It is imperative to ask:
1). Now what do you identify with?
2). Or, do you hate being labeled.
1). What do you identify with? With the conversational or the unintelligible? These are objective positions. And none out of the two can be classified in terms of good or bad or even the consequentialistic. It requires patriotism to self or society or quasi-patriotism to both.
I'd give you examples of my poems which I used as specimen of experiment when I had trouble with magazines rejecting my work:
Falling frames.High angels high on.
Grey chuckles tumbling into wood-doors;
Mother, heaven is at war…
Ask that little girl
Eaten by the road;
Falling frames. Closed doors. Falling doors.
Angel on-guard, turn down the boards –
EARTH IS HABITABLE
BUT THE OLD DWARF IS THE ENEMY
A footfall & all the angels have flown
O you dreamer, hearken to whispers of the horizon.
Mid-heaven, priest of tress, carve on me the processions of immortal beasts,
So the moth –er could run,
So the fireflies can switch off their lanterns,
So waning suncrusts could hide in their greens
And listen to the susurration of screams…
The poem above is one of my poems of abstract imageries. I had dreamed and I want the dream to live on its own. An influx of imageries interrupted my art about last two months when I read a Ben Okri and I imagined all of us, our hope of peace in heaven, being a charade. And to be candid, a heaven is a charade. A facade. It's utopic. But, even if I write out the inspiration behind the poem, the reader would be tasked to understand things for themselves. I can't help my reader - I would never. Even though it makes the poems I write somewhat unintelligible, but even I do not even understand my subconscious. I'm still learning how unintelligible my subconscious can be to my conscious self.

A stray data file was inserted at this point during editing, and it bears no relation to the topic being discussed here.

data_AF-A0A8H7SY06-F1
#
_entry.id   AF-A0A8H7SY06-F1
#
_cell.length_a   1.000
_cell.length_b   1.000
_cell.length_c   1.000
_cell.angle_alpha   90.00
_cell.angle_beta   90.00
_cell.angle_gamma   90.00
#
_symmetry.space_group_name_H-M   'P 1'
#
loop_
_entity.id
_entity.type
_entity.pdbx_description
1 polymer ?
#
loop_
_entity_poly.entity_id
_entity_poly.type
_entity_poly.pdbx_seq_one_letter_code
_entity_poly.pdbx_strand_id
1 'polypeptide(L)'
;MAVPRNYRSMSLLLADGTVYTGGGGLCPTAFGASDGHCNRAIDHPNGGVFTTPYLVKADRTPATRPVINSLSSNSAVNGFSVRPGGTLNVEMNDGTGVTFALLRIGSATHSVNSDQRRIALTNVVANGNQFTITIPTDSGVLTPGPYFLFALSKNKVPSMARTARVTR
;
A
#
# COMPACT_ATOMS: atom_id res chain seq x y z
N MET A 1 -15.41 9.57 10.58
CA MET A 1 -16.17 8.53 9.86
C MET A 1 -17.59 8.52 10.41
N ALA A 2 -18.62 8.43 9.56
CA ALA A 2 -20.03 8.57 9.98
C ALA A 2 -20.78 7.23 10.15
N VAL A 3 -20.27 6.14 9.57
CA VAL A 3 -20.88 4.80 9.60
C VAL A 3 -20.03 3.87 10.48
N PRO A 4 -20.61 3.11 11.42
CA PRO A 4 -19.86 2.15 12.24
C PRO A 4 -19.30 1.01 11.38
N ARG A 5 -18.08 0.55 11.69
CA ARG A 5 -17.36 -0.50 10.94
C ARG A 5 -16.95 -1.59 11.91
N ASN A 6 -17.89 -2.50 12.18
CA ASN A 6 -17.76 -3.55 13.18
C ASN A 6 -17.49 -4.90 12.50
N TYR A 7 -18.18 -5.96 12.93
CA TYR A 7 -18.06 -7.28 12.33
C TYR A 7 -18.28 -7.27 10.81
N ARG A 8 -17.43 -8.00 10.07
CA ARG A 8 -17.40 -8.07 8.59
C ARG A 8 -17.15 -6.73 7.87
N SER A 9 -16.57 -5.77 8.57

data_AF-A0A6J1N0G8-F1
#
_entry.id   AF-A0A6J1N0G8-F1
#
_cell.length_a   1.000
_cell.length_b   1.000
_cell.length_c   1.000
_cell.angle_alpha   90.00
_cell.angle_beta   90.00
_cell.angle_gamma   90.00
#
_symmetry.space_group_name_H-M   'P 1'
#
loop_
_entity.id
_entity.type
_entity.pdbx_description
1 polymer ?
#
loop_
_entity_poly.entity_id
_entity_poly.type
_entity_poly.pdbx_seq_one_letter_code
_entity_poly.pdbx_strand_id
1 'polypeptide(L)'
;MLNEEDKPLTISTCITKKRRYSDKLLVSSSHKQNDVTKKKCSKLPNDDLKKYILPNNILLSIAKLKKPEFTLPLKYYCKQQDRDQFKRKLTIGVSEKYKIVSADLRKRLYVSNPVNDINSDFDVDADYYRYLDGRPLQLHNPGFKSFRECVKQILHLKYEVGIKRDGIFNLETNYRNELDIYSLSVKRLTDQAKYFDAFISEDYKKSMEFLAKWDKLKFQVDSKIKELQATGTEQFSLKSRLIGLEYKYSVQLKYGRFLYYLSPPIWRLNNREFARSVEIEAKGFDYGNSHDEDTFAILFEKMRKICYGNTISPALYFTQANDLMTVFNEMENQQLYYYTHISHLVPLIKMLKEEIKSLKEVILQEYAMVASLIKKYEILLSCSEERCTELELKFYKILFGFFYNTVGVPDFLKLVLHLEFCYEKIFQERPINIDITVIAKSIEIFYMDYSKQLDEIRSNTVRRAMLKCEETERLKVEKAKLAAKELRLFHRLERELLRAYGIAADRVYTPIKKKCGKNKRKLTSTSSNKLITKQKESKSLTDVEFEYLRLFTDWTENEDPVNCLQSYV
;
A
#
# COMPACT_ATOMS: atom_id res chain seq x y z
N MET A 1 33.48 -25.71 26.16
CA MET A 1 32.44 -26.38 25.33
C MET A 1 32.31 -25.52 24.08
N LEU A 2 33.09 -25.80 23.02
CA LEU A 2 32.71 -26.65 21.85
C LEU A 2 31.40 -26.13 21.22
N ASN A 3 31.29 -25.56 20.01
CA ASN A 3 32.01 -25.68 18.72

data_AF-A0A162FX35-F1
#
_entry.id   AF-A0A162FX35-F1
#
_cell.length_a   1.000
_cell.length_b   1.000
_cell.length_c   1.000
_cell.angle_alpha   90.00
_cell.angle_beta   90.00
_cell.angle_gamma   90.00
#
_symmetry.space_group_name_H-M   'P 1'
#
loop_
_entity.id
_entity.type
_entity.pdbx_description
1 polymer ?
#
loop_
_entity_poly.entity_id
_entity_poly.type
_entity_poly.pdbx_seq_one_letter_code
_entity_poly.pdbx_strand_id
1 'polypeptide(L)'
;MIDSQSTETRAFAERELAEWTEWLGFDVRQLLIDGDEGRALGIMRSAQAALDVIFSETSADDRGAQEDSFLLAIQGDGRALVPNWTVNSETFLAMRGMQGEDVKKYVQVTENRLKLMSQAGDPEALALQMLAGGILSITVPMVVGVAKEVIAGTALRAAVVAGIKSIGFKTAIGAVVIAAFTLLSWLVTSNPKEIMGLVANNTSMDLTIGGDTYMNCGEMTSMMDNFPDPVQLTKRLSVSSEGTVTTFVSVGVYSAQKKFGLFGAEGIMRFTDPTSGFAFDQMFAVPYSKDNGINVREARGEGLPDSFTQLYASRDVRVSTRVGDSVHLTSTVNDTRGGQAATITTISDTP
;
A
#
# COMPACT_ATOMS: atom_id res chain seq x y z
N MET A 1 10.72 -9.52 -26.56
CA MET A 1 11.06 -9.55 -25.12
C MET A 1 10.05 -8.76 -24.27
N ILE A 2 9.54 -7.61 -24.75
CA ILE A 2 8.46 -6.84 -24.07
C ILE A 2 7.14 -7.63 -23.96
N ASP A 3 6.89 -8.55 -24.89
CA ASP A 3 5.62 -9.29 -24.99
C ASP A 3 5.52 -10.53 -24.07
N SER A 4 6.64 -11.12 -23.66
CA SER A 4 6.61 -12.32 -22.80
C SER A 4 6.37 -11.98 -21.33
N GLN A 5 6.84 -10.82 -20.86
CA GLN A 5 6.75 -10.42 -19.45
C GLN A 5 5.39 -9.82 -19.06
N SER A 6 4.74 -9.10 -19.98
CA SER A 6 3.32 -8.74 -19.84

& my mother's milk is bitterer
the abyss lulls my feet closer
emerging from a winter & my hair have faded with persimmon...
& my mother's milk in the teeth of my forbears turn sour
my name brings together astray trees,
soles of the road without rain,
an origin of names, sacrament of bodies, making harmony with queer bodies
& the breastfed names have come to fore.
the loveliest names of infants that pleased God -
bodies prayers detest -
where oceans have met,
where waded legs have danced,
where the soil is fertile with lust, our bodies,
names I can't fully remember, with my mother's prayers of breastmilk separating
our longing shadows from
moans that touch God's big nose...
As in the case above, the poem is conversational. I wrote it three days ago when something like queerness began to creep up in me. I indulged it and wrote about it. This gives me the opportunity to question my dual personalities; my queer self and my 'unqueer' self. It is obvious that the poem is about a persona whose roots, represented metaphorically as 'mother's milk' is loosing to the bitterness of tradition by being a queer person. However that assertation is only predominant in the second stanza.
This, being a conversational poet, a poet of audience or of self to audience, has advantages and disadvantages:
A). Conversational poems make it easier the burden of emotion on the poet. Because those who read it easily understands the poet's anxiety or joy, empathy is inevitable, either through admonition and acceptance, or through reviews.